On The Wildside

The Shropshire Union is well known for its Kingfishers.
The Shropshire Union is well known for its Kingfishers.

During late autumn I spent two very interesting weeks travelling the ‘Four Counties Ring’ a circular route on the canal system.

We travelled through four counties Shropshire, our starting point, Cheshire, Staffordshire and the West Midland before finding our way back into Shropshire. We commenced our journey from the moorings on the Shropshire Union Canal in open farming land and headed north east.

The Shropshire Union is well known for its Kingfishers and to see us off on our first day one was spotted.

The canal gently winds itself through farmland mostly arable and cattle. We saw numerous acres of ‘Elephant Grass’ a relatively new crop grown for biomass boilers. It is a very dense and tall grass, 10 feet or more.

There are still the remains of rural wharves built to serve the farming community – to collect the grain and deliver goods, coal and other commodities to the community. One such wharf still remaining in good order is at Shebden, owned by the Cadbury Company and houses two old wooden barges. The building itself on the canal side resembles the overhang on the railway platforms.

On Day 2 we tackled the 15 locks at Audlem and Hack Green. The approach to Audlem is down through majestic trees mainly of beech. The colours were golden lit by the autumn sunshine and quite spectacular.

Nantwich was our next port of call. A quaint historic town with fascinating, well maintained houses. The Market Square that day was holding its Farmer’s Market which was brisk with trade. The church stood solid at the far end of a small green. I discovered that Nantwich was part of a pilgrimage path ‘The Weavers Way’.

Back on to the canal we soon turned off on to the Middlewich branch of the Shropshire Union at Barbridge. We were now in very rural countryside and in the well-heeled country of Cheshire. All the hedges as far as the eye could see, were neatly trimmed and all gates in a good order. The cattle were no longer the black and white Friesians but much larger and rich brown or cream in colour.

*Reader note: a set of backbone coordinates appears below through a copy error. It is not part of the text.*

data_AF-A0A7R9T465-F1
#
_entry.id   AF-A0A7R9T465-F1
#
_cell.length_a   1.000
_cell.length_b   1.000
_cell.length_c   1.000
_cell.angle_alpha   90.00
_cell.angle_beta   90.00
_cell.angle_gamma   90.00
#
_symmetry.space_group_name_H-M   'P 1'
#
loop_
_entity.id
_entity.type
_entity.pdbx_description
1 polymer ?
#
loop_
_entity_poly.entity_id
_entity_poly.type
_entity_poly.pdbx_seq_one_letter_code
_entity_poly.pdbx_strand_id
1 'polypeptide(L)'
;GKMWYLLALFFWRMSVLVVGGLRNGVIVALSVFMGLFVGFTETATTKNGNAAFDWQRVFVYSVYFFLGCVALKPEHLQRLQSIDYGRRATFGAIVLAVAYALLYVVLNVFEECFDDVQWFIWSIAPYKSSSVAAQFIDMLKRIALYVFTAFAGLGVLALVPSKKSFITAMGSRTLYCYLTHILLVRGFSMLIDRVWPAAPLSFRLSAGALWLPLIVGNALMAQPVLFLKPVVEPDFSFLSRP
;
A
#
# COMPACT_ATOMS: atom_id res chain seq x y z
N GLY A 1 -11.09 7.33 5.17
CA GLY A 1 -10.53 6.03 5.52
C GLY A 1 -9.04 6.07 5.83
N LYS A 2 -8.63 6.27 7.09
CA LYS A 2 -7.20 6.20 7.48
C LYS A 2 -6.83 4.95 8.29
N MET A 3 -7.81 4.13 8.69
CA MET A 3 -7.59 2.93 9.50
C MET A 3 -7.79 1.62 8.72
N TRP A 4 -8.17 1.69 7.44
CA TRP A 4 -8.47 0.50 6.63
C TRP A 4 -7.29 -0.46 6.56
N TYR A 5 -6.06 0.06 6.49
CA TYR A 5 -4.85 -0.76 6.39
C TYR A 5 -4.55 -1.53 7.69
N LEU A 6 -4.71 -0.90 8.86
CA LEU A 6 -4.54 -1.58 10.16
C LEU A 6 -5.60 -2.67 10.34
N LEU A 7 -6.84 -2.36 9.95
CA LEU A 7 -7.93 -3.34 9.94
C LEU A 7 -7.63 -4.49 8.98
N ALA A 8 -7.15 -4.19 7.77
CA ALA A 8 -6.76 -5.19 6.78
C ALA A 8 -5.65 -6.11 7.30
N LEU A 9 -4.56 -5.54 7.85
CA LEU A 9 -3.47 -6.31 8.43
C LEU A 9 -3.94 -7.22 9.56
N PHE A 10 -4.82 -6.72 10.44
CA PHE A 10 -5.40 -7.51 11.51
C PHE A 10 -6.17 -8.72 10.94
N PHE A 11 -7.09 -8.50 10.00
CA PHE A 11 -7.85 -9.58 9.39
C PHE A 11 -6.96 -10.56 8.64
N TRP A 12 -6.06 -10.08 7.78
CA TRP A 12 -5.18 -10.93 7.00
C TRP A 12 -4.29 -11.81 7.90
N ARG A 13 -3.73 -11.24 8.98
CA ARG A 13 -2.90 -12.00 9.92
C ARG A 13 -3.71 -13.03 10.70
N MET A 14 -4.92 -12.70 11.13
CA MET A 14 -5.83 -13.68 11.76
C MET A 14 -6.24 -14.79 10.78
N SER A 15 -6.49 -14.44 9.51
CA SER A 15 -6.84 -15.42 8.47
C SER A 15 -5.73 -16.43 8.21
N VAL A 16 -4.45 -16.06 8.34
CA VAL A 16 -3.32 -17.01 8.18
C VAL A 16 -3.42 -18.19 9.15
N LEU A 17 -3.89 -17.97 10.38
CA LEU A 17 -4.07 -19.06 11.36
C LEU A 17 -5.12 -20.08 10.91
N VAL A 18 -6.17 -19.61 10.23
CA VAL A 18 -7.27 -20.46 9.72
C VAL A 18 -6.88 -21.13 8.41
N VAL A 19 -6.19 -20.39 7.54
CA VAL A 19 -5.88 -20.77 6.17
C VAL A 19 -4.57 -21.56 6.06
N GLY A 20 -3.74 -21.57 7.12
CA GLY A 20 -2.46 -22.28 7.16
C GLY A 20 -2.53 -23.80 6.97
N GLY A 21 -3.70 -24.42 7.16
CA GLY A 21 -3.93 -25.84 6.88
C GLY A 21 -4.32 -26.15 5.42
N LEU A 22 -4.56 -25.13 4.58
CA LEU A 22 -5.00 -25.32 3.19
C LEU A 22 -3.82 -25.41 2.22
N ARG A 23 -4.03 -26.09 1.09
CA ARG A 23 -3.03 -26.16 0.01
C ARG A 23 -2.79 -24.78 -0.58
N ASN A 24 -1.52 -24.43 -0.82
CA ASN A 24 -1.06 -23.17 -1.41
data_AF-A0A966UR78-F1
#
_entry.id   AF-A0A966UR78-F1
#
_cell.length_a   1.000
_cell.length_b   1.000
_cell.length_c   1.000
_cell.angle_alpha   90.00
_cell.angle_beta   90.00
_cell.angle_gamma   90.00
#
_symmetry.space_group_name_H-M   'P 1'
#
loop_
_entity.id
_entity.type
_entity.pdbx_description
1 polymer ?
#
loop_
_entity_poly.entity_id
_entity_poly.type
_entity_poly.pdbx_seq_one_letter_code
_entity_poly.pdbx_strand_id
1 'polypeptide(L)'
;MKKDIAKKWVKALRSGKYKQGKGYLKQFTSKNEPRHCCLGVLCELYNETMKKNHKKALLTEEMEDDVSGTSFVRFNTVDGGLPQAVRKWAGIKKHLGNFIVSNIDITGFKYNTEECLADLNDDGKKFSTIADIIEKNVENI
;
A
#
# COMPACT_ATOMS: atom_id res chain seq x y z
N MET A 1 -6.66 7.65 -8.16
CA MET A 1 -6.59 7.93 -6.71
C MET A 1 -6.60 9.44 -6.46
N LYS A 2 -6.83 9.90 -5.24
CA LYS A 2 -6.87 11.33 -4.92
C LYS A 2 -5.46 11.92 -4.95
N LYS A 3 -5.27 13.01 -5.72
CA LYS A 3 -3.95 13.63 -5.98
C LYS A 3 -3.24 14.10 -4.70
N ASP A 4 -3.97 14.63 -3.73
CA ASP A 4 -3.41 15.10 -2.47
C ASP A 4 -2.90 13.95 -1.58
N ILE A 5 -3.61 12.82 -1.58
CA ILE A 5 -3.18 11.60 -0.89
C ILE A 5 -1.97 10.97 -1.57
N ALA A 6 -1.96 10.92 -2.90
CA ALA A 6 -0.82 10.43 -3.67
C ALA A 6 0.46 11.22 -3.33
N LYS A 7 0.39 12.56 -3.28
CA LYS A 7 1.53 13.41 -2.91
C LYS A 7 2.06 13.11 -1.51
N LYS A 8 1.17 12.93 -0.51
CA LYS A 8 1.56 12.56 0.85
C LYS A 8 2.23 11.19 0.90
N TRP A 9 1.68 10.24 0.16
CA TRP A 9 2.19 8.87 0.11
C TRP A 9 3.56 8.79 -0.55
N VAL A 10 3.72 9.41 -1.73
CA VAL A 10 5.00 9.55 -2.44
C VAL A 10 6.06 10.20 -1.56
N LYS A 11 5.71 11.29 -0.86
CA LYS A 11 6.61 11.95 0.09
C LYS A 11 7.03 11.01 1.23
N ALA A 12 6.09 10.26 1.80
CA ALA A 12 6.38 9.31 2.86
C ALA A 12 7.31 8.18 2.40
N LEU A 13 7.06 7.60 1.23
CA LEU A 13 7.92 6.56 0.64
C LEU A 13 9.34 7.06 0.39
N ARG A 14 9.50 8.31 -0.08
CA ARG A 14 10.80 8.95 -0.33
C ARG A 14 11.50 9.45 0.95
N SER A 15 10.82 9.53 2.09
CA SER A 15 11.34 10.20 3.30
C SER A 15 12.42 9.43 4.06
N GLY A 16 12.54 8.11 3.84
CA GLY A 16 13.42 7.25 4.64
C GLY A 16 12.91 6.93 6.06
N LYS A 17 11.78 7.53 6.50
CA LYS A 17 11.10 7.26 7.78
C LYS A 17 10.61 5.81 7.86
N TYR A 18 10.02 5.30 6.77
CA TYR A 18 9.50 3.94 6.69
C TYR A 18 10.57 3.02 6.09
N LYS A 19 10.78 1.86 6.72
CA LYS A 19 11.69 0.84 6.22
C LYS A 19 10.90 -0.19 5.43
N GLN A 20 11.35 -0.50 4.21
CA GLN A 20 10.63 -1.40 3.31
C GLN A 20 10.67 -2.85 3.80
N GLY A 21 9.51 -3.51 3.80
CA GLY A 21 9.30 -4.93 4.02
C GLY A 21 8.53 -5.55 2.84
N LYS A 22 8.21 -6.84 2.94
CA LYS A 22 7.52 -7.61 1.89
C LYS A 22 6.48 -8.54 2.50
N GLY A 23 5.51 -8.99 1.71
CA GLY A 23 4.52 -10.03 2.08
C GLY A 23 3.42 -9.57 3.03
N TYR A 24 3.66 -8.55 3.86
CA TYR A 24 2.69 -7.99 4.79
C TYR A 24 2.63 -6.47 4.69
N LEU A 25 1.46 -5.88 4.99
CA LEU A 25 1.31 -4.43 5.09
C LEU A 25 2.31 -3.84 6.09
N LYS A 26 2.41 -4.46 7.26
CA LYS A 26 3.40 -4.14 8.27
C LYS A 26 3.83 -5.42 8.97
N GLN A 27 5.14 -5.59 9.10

There are very few locks on this branch and our route crossed the River Weaver and then followed its course before we reached Middlewich. There are many small settlements to be seen across the valley, Church Minshull being the largest.

Only three small roads traversed the canal and I walked the tow path in sunny weather but saw very few people – a rambling group and the odd dog walker.

We moored that night protected by hedges but with views across the valley. We could see where the River Weaver making a navigable route to Runcorn where it joins the famous Manchester Ship Canal. Our route, however, turned east away from the river to Middlewich.

Sunday morning saw us wandering into the town for supplies. The town was very dull after Nantwich and somewhat disappointing. We set off again and joined the Trent and Mersey Canal and were now travelling south east. We tackled the ‘Heart Break Hills’ locks, although not a flight, there are 21 locks to tackle before reaching Hardcastle Tunnel so a busy day.

We dipped under the M6 motorway near Sandbach and arrived at Kidsgrove on Monday ready to go through the infamous tunnel. We had booked our place to go through and the morning dawned frosty and bright. This was fascinating but somewhat daunting for me preferring hills to tunnels!

To be continued